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George Macdonald Fraser


Book review by Anthony Campbell. Copyright © Anthony Campbell (2001).

Readers of Tom Brown's Schooldays, if any there are today, will be familiar with Harry Flashman, Tom's cowardly and caddish persecutor who was finally expelled from Rugby for drunkenness in the 1830s. George Macdonald Fraser conceived the masterly idea of following up Flashman's career in a series of novels. He purportedly discovered Flashman's memoirs in a collection of unpublished manuscripts, and the result has been a series of some of the most enjoyable light novels to have appeared in the twentieth century. Although Fraser's aim is entertainment, however, he blends this with a considerable amount of seamlessly integrated historical information, as Flashman lands in one hotspot after another in his peregrination through the world.

In the present book Flashman finds himself, through a series of misadventures, stranded in the USA, just before the outbreak of the civil war. A series of misidentifications too complex to summarize leads to his becoming a double (or even triple) agent attached as a military adviser to John Brown, who is planning to carry out the celebrated raid on Harper's Ferry that indirectly precipitated the war. Some of Flashman's various employers (abolitionists, Southerners, the US government) want him to facilitate Brown's plans, others want him to frustrate them, while Flashman himself wants only to escape from the situation without getting killed. Much of the book is concerned with his attempts to extricate himself from his predicament. Like the other Flashman novels, this is chiefly an adventure story, enlivened by erotic scenes as Flashman becomes embroiled with various ladies along the way; but the enigmatic character of Brown himself (part hero, part libertarian, part humbug, part muddle-headed bungler) lends an additional psychological interest. Flashman finds him intensely irritating yet feels a certain respect and even affection for him. And the convention that Fraser is annotating a manuscript allows the inclusion of notes; there are also appendices on Brown's character and on the puzzling failure of the US administration to prevent the raid although they knew of it well in advance.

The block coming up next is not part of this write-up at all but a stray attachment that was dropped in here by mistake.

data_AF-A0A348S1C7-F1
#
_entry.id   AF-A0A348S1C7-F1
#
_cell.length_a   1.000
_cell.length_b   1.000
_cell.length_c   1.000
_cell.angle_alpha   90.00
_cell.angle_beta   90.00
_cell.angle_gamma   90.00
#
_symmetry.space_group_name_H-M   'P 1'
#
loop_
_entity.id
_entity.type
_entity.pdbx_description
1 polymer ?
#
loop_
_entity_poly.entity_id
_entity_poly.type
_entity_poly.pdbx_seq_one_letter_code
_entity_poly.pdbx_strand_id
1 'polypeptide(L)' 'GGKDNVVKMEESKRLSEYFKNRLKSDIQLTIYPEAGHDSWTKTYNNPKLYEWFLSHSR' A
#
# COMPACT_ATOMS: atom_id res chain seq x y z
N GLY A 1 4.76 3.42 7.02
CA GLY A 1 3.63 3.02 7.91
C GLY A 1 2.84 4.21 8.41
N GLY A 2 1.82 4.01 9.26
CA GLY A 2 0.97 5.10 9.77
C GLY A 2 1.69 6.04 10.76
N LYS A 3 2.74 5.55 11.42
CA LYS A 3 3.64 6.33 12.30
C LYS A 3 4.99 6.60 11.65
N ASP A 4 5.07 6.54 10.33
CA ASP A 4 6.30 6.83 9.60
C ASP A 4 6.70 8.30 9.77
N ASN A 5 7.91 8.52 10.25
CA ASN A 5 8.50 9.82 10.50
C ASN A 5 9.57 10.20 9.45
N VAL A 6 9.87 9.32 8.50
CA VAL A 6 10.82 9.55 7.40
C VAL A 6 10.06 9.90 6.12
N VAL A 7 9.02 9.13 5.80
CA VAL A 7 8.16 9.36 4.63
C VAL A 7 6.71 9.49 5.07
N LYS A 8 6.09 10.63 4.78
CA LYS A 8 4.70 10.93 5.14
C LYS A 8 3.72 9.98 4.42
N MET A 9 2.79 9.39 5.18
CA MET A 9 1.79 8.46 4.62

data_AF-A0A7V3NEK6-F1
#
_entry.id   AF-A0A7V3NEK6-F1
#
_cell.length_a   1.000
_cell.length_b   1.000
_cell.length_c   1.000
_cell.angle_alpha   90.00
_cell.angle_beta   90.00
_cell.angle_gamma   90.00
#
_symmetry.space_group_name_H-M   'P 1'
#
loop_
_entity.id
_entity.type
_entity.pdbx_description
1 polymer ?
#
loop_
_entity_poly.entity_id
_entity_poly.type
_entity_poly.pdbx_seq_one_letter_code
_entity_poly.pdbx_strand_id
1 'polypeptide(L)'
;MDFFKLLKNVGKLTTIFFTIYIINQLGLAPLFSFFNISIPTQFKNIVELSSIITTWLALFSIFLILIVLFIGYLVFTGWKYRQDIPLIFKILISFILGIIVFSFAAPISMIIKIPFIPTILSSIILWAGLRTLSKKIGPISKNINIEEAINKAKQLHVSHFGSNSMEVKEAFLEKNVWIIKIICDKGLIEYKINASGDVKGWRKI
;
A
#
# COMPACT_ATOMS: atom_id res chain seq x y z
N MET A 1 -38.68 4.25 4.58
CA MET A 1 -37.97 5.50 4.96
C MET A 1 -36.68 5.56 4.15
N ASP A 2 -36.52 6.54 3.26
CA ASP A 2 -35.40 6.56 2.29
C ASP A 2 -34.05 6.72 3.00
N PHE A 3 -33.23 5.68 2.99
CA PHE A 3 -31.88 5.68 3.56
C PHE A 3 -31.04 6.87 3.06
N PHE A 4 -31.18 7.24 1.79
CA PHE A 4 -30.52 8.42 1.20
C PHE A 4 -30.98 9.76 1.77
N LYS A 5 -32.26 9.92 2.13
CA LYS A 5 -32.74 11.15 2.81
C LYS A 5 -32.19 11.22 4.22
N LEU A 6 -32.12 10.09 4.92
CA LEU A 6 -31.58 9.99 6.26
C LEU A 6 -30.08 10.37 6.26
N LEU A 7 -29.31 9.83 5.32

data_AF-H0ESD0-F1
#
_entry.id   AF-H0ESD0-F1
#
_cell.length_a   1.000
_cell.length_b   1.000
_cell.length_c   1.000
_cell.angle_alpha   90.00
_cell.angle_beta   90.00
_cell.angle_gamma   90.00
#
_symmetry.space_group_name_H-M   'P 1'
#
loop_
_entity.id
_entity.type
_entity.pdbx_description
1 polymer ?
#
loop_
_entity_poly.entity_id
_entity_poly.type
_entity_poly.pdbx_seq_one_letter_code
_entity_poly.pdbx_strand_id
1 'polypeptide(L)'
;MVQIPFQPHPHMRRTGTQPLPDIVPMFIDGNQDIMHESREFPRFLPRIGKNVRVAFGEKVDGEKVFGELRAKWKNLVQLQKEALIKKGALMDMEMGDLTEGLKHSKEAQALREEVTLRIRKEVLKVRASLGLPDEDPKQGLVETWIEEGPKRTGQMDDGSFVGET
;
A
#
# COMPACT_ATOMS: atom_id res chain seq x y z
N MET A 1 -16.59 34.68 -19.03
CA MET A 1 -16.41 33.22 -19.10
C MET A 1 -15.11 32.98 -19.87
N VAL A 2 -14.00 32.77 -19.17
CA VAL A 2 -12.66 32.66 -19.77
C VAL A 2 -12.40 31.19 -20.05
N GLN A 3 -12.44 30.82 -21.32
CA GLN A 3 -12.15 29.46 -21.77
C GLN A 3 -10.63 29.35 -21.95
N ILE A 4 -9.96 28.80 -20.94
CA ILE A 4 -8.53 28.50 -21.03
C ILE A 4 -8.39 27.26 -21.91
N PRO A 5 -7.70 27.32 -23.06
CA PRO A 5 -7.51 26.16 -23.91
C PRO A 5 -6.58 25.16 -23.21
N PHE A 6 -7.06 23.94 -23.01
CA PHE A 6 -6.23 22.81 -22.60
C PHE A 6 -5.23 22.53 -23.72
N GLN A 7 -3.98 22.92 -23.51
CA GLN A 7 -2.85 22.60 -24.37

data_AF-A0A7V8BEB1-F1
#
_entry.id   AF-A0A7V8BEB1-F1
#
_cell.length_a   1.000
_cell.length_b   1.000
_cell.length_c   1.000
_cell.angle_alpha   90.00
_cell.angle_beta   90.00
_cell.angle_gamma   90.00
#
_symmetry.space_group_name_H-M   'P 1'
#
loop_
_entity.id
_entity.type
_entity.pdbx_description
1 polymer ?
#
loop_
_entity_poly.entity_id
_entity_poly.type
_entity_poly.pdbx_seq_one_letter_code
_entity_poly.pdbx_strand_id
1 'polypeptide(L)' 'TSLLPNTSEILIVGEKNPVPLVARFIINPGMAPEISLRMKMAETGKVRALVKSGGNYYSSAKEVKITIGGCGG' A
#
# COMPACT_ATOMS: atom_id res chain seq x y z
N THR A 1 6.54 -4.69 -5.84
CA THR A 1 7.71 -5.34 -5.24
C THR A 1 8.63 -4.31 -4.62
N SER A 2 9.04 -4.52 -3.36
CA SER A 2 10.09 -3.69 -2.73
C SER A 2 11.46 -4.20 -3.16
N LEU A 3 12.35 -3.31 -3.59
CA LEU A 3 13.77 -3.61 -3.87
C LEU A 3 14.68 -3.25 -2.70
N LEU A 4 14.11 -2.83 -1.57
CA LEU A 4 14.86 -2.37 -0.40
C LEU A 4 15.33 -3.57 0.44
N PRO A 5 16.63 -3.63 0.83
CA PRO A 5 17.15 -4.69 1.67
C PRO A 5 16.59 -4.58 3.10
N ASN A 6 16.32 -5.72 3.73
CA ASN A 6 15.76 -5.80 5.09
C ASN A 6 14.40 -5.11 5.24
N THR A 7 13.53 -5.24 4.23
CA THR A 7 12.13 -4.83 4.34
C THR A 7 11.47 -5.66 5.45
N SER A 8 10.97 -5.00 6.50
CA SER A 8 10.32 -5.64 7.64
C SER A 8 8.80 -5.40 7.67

%T Flashman and the Angel of the Lord
%A Fraser. George MacDonald
%I HarperCollins
%C London
%D 1995
%G ISBN 0-00-649023-9
%P 404 pp
%K fiction
%O paperback
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